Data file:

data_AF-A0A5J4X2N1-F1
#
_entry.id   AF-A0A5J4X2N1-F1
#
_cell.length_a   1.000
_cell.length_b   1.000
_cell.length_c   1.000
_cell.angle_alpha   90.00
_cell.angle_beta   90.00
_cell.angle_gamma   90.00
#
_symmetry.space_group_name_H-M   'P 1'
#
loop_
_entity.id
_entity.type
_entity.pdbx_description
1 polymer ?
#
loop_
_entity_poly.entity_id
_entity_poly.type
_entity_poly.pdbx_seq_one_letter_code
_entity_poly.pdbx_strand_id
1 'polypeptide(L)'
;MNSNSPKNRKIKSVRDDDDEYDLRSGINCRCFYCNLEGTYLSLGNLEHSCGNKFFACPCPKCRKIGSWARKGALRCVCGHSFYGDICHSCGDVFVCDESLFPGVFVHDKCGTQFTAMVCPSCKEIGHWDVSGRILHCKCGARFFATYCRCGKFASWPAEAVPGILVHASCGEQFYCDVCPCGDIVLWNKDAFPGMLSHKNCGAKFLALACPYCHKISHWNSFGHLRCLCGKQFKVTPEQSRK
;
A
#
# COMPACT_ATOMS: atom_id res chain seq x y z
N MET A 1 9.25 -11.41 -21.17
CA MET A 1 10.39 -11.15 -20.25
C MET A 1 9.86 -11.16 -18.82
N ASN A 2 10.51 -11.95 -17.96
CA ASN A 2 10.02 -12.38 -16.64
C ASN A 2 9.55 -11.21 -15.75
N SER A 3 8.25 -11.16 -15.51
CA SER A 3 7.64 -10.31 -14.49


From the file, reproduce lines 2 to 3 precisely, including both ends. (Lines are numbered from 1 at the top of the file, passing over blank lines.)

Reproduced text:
#
_entry.id   AF-A0A5J4X2N1-F1